Friday, May 24, 2002

WHY STAR TREK: ENTERPRISE ROCKS: From a recent James Lileks screed:
I’ve only seen about 8 or 9 Enterprises, but I’ve enjoyed them all. Best first season of any post TOS series, good characters, great soundtrack (except for that hideous theme) and innumerable nods to the purists & geeks in the audience. Trek has been delivering, one way or the other, for almost 30 years, because it grows and changes and bends.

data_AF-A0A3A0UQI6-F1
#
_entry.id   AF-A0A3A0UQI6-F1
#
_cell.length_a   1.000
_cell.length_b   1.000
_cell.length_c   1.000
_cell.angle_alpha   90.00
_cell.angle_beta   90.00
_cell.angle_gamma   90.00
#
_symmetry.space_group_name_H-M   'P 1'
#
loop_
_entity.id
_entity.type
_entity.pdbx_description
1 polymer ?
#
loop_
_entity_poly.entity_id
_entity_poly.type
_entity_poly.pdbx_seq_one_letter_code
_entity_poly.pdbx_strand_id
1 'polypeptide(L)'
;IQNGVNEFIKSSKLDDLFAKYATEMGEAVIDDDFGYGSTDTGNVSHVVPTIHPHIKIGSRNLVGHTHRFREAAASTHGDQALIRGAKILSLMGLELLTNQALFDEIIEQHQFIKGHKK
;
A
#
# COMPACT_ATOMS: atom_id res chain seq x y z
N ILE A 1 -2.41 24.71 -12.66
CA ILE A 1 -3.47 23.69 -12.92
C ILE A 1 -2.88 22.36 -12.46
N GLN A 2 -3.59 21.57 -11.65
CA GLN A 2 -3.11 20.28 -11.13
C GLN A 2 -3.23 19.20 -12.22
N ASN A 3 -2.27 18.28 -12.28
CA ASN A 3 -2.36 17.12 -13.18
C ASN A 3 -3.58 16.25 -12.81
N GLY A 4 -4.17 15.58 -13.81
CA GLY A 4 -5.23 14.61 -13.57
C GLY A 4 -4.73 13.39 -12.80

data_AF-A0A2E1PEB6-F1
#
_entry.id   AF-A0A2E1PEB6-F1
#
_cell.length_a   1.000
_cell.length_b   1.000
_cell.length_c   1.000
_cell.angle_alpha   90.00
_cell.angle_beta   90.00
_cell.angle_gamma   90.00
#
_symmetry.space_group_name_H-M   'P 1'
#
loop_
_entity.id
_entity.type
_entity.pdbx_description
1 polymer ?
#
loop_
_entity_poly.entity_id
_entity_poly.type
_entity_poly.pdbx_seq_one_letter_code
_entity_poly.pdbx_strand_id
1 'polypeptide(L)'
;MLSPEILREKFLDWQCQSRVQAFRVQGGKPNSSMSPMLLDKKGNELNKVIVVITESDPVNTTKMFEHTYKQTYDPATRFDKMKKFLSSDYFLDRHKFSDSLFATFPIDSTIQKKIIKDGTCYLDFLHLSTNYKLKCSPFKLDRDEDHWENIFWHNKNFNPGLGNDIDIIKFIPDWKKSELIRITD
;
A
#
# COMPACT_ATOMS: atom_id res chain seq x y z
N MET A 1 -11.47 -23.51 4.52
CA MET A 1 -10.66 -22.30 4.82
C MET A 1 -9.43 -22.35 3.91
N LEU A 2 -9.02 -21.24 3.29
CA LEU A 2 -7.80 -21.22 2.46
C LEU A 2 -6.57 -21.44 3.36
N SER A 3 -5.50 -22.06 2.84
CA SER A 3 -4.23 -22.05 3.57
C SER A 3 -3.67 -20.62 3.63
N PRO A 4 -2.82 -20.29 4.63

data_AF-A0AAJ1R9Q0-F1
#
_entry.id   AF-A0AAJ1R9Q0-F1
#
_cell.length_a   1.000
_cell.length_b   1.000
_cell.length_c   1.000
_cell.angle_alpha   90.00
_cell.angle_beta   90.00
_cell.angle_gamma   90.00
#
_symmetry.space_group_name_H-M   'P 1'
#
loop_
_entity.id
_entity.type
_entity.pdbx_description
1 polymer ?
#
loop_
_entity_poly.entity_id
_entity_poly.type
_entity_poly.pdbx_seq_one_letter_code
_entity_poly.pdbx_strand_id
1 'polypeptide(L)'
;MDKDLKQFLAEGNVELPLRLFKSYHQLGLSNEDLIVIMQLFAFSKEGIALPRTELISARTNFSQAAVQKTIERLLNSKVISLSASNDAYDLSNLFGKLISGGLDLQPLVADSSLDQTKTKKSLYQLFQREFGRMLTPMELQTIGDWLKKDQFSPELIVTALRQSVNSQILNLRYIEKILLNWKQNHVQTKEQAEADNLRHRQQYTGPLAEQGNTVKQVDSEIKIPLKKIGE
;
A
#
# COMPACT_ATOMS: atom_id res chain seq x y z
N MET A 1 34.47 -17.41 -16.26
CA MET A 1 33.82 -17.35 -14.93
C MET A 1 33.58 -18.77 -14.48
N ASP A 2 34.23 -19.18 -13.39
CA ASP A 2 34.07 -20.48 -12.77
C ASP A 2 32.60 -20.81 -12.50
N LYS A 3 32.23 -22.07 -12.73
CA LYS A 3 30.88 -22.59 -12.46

* WARNING! GEEKY EXPOSITION AHEAD! * The Enterprise theme is wretched (like Bryan Adams on a good day), and some of the "nods to the purists" are dorky (e.g. Captain Archer -- and I'm creatively paraphrasing -- "What we need is some kind of rule, a directive, to tell us what to do when we encounter pre-warp alien cultures. Maybe we could call it the 'Prime Rule.' No, that doesn't sound right. Maybe the 'Prime Directive.' Yeah, that's the ticket"), but it still rocks. What I love most about Enterprise is how overtly American it is. Sure, there are the aliens, Sub. Com. T'pol and Dr. Phlox, who like obnoxious European tag-alongs insist on supplying the cultural relativism that plagues all Star Trek franchises. But there's also the obviously midwestern Captain Archer and the southern Commander Tucker -- whose southern drawl is the first I've heard in a Star Trek series -- keep kicking against the pricks, insisting on the superiority of human -- read "American" -- virtues. Ensign Mayweather, who grew up on a space freighter, is like a kid from a blue-collar family who makes it big, because he was smart and had some moxy. Ensign Hoshi is an All-American Girl who also happens to be capable of learning an alien language in 48 hours. Even the Brit, Lt. Reed, exudes a love for high-powered weaponry that only an American can understand. Even the basic theme of Enterprise is American. In Enterprise's time frame, humanity is like the young upstart United States, round about 1800. We've barely gotten our act together, but we've got big ideas and big appetites for trade, knowledge, and influence, and we chafe at the restraint that older, wiser, and less vigorous civilizations counsel. Americans feel that way now, even though we're bigger, richer, and stronger than the Framers could have imagined. Lileks is right: Star Trek has succeeded "because it grows and changes and bends" to fit the mood of American society. The parallel isn't complete: our mood today is in part created by the fear of unknowns unleashed by the proliferation of weapons of mass destruction and the rise of Islamic totalitarianism. But we're still excited by the prospect of reshaping the world -- once again -- by projecting our influence into the darkest and remotest regions of the world, by exerting our power on very alien cultures. That's the chord Enterprise strikes in me, and why I'll keep watching.

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